Article

The Vulnerability That Not Enough People Are Discussing

Mike Simon

CTO
Back to the News Desk

Thousands have read about the VxWorks vulnerability in recent weeks, but did not understand the implications.  For some reason, it hasn’t caught the attention of the widespread media, but it should. 

Meanwhile, it HAS caught the attention of the FDA, who recently issued a warning about the vulnerability dubbed "URGENT/11." Published October 1, 2019, the FDA Safety Communication warns the vulnerability may "introduce risks during use of certain medical devices" and that "software to exploit these vulnerabilities is already publicly available."

About every 2 years, someone discovers a security vulnerability with a large scope and potential impact. URGENT/11 is definitely one of them. One of the operating systems affected is VxWorks, which is estimated to be embedded in over 2 billion devices globally.

The URGENT/11 Vulnerability Is Widespread

Recently discovered by Armis, URGENT/11 checks all of the critical vulnerability boxes because:

  1. It’s for a Real time Operating System (RTOS) called VxWorks that’s widely used in critical IoT devices.
  2. 6 of the discovered vulnerabilities include remote code execution, essentially allowing an attacker to control the system remotely.
  3. The devices involved include medical devices, power distribution and management devices, and network infrastructure, including a widely-used commercial firewall.
  4. The responsible way in which Armis disclosed the vulnerability means that there are already patches available for many devices.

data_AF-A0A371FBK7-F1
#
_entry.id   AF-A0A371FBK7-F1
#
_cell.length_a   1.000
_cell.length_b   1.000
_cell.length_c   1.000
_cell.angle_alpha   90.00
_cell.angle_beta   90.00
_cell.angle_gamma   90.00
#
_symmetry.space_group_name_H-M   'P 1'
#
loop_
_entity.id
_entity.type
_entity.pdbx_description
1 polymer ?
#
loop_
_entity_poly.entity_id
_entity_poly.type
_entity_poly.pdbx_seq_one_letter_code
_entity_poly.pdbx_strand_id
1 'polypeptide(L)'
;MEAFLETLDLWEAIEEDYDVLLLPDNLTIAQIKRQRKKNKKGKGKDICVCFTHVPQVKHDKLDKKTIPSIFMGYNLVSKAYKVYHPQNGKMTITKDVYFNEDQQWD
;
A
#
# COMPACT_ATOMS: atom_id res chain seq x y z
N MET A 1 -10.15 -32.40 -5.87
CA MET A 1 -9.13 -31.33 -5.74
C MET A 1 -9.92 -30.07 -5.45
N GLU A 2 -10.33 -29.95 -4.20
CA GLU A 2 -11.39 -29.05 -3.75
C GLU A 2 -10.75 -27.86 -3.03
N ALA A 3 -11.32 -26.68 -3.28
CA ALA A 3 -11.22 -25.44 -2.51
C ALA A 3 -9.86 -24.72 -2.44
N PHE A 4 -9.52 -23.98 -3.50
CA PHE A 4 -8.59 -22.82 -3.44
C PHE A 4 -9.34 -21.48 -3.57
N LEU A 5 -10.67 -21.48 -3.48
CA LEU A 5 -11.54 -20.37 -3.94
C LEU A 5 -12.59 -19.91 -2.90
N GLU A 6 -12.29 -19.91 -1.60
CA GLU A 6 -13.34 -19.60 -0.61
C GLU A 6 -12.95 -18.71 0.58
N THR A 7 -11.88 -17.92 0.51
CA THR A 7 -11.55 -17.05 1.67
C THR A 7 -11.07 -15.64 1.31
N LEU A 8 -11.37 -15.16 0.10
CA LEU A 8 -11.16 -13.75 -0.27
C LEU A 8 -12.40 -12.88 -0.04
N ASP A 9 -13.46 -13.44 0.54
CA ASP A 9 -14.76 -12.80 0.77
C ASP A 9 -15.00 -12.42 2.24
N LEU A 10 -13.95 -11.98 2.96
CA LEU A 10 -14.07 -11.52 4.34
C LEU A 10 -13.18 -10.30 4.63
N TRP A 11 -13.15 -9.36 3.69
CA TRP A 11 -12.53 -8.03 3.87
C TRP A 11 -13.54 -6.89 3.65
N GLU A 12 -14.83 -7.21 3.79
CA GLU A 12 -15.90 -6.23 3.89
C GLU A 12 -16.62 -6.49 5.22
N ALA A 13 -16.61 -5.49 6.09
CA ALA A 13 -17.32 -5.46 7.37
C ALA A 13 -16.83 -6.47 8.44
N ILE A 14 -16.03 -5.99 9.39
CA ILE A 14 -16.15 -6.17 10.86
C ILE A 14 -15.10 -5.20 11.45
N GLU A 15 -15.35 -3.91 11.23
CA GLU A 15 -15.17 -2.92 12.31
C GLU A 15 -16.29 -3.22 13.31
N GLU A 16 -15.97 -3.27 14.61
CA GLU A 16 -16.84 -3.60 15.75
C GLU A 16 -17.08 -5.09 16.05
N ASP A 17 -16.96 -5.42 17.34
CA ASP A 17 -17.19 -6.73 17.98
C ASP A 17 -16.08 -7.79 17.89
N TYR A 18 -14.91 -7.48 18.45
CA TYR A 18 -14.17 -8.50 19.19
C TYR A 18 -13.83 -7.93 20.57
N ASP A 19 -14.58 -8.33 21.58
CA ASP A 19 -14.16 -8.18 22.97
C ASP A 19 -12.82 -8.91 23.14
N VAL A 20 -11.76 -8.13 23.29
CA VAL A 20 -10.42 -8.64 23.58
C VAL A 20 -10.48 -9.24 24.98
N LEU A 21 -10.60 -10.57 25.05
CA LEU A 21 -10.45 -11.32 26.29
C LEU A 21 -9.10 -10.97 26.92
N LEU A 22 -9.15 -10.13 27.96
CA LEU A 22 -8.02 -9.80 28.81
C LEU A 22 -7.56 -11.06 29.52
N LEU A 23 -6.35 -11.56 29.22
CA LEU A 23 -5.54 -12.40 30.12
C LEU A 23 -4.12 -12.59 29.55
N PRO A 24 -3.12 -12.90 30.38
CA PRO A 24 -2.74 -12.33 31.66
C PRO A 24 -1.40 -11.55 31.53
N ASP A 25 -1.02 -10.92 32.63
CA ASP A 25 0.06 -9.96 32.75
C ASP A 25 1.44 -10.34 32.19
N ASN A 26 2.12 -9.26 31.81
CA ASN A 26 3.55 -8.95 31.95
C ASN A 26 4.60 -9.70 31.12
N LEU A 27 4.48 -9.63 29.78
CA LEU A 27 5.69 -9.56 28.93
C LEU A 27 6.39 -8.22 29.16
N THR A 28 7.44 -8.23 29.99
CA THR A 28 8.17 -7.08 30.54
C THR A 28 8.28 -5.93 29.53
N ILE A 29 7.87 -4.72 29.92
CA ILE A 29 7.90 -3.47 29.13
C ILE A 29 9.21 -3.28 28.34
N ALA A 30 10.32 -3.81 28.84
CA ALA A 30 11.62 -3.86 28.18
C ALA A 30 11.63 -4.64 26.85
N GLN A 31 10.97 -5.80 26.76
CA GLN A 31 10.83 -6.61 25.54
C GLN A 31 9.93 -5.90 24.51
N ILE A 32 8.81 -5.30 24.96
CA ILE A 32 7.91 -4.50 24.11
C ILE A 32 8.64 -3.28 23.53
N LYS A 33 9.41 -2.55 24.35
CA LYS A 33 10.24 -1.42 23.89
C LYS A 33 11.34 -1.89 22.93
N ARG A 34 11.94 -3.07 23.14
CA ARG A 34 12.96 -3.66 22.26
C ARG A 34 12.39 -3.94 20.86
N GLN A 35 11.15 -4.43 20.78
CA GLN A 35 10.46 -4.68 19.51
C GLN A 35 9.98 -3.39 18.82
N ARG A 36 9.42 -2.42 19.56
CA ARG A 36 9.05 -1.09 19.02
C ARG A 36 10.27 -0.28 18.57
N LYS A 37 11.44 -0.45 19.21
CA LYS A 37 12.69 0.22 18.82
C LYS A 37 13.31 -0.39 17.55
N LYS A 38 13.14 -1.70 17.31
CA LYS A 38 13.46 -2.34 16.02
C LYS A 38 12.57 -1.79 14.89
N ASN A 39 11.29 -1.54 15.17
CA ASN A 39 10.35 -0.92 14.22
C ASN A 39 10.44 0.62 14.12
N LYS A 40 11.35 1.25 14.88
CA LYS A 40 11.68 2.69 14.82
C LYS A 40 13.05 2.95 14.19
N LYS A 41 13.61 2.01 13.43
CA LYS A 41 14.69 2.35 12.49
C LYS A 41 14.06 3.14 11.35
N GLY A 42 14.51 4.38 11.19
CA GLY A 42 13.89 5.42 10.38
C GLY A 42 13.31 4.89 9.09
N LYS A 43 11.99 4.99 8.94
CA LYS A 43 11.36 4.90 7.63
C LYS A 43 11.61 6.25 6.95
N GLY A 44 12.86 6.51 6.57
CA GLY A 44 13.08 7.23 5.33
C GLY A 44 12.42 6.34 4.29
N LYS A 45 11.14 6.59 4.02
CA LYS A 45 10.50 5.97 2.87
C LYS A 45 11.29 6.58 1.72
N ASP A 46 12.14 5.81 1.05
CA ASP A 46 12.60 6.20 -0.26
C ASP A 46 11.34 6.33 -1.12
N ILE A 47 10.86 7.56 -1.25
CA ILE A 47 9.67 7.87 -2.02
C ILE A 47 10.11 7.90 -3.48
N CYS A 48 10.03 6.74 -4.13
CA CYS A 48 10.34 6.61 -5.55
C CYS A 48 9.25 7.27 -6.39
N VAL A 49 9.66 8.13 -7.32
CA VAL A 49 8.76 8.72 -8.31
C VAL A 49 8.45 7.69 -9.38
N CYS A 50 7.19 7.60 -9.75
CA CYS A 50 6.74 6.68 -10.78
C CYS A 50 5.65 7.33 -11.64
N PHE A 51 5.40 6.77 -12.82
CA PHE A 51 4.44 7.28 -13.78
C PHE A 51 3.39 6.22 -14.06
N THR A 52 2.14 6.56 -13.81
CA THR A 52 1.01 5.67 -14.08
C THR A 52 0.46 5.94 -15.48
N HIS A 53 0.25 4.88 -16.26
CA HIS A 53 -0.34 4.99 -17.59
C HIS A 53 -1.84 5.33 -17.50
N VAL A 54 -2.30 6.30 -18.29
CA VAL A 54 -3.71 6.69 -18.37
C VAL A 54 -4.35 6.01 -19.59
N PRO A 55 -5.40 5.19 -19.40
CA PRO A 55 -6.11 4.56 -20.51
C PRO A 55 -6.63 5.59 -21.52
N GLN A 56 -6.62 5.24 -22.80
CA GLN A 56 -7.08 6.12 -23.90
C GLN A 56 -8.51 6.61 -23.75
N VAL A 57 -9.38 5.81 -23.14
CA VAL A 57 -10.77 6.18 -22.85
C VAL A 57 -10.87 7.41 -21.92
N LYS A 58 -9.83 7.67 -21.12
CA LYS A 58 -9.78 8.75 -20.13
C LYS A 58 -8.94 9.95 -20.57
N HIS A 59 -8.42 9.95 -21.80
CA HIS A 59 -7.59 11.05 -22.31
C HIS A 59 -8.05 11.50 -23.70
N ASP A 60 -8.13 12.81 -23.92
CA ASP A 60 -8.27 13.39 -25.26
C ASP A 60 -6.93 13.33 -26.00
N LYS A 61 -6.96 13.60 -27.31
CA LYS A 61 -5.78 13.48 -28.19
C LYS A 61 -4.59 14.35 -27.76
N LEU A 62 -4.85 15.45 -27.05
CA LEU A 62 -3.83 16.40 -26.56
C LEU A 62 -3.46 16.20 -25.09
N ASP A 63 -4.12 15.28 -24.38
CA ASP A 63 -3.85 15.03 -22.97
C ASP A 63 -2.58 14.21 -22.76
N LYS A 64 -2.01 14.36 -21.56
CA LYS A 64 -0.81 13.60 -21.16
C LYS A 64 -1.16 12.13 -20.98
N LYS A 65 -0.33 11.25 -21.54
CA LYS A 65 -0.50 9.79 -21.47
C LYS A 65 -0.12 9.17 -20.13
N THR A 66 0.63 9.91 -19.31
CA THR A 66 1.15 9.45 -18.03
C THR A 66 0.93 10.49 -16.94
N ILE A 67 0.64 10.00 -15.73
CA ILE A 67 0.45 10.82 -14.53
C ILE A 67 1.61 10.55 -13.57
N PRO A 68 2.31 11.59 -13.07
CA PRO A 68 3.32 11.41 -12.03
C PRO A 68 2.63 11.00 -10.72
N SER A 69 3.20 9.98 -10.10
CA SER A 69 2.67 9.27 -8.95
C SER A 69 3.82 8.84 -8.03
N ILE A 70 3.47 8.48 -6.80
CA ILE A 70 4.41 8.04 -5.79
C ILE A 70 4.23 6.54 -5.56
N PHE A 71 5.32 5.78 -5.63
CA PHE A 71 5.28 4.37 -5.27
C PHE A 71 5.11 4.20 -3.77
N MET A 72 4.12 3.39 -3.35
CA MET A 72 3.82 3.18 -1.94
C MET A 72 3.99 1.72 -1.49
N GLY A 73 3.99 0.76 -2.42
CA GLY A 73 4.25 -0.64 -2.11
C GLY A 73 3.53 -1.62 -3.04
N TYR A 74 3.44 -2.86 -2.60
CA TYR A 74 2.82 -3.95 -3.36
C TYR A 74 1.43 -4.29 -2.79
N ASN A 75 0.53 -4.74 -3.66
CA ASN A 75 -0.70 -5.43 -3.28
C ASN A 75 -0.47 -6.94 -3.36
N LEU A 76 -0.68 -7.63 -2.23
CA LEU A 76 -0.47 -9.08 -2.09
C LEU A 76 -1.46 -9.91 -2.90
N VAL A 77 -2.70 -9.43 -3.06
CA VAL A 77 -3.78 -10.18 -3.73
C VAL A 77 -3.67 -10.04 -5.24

Here’s the thing though, many organizations don’t know if they have VxWorks deployed. Generally, you have no way of knowing without a very detailed inventory of your network. That Xerox printer you use every day for example could be vulnerable (14 Xerox models are.) The nature of an imbedded RTOS is that the user generally sees a totally different name, so they may have no idea that they have vulnerable systems.

Armis’ Lists VxWorks Vulnerable Devices

From the vulnerable list Armis publishes, almost any medium to large-sized network (and many small ones) will have at least one VxWorks powered device on it.

Here’s what Armis said about their discovery, including the list of impacted devices. 

“The Armis research team, Armis Labs, have discovered 11 zero day vulnerabilities in VxWorks®, the most widely used operating system you may never heard about. VxWorks is used by over 2 billion devices including critical industrial, medical and enterprise devices. Dubbed “URGENT/11,” the vulnerabilities reside in VxWorks’ TCP/IP stack (IPnet), impacting all versions since version 6.5, and are a rare example of vulnerabilities found to affect the operating system over the last 13 years. Armis has worked closely with Wind River®, the maintainer of VxWorks, and the latest VxWorks 7 released on July 19 contains fixes for all the discovered vulnerabilities.

Six of the vulnerabilities are classified as critical and enable Remote Code Execution (RCE). The remaining vulnerabilities are classified as denial of service, information leaks or logical flaws. URGENT/11 is serious as it enables attackers to take over devices with no user interaction required, and even bypass perimeter security devices such as firewalls and NAT solutions. These devastating traits make these vulnerabilities ‘wormable,’ meaning they can be used to propagate malware into and within networks. Such an attack has a severe potential, resembling that of the EternalBlue vulnerability, used to spread the WannaCry malware.”

CI Security is proud to have Armis as a strategic partner. They provide customers a broad range of information about every device in their environment - a complete IT asset inventory. CI Security’s Critical Insight Managed Detection and Response allows customers to detect and respond quickly to attacks on those devices.

We want to make the digital world a safer place, and we know that’s a goal we share with our friends at Armis.